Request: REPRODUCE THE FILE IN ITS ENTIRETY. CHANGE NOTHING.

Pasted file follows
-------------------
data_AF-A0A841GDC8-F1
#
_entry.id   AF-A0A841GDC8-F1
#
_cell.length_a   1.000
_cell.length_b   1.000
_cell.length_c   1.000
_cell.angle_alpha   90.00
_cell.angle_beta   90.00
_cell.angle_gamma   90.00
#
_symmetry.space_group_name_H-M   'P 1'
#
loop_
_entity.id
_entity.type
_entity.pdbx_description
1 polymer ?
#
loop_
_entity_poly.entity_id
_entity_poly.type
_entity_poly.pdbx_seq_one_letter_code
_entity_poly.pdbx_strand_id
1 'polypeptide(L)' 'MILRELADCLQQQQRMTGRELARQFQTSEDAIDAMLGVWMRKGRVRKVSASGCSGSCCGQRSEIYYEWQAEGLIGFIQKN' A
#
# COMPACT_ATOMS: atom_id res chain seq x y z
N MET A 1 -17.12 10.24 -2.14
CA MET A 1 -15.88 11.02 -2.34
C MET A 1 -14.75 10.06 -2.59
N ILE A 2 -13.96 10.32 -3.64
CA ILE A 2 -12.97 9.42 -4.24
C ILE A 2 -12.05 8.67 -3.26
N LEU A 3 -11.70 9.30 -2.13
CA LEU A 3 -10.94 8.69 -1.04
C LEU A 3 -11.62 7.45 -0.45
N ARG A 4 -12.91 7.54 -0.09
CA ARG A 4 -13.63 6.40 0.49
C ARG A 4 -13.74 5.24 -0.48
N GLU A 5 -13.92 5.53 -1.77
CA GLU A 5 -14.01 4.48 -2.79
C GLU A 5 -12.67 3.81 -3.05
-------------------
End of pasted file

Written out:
data_AF-A0A841GDC8-F1
#
_entry.id   AF-A0A841GDC8-F1
#
_cell.length_a   1.000
_cell.length_b   1.000
_cell.length_c   1.000
_cell.angle_alpha   90.00
_cell.angle_beta   90.00
_cell.angle_gamma   90.00
#
_symmetry.space_group_name_H-M   'P 1'
#
loop_
_entity.id
_entity.type
_entity.pdbx_description
1 polymer ?
#
loop_
_entity_poly.entity_id
_entity_poly.type
_entity_poly.pdbx_seq_one_letter_code
_entity_poly.pdbx_strand_id
1 'polypeptide(L)' 'MILRELADCLQQQQRMTGRELARQFQTSEDAIDAMLGVWMRKGRVRKVSASGCSGSCCGQRSEIYYEWQAEGLIGFIQKN' A
#
# COMPACT_ATOMS: atom_id res chain seq x y z
N MET A 1 -17.12 10.24 -2.14
CA MET A 1 -15.88 11.02 -2.34
C MET A 1 -14.75 10.06 -2.59
N ILE A 2 -13.96 10.32 -3.64
CA ILE A 2 -12.97 9.42 -4.24
C ILE A 2 -12.05 8.67 -3.26
N LEU A 3 -11.70 9.30 -2.13
CA LEU A 3 -10.94 8.69 -1.04
C LEU A 3 -11.62 7.45 -0.45
N ARG A 4 -12.91 7.54 -0.09
CA ARG A 4 -13.63 6.40 0.49
C ARG A 4 -13.74 5.24 -0.48
N GLU A 5 -13.92 5.53 -1.77
CA GLU A 5 -14.01 4.48 -2.79
C GLU A 5 -12.67 3.81 -3.05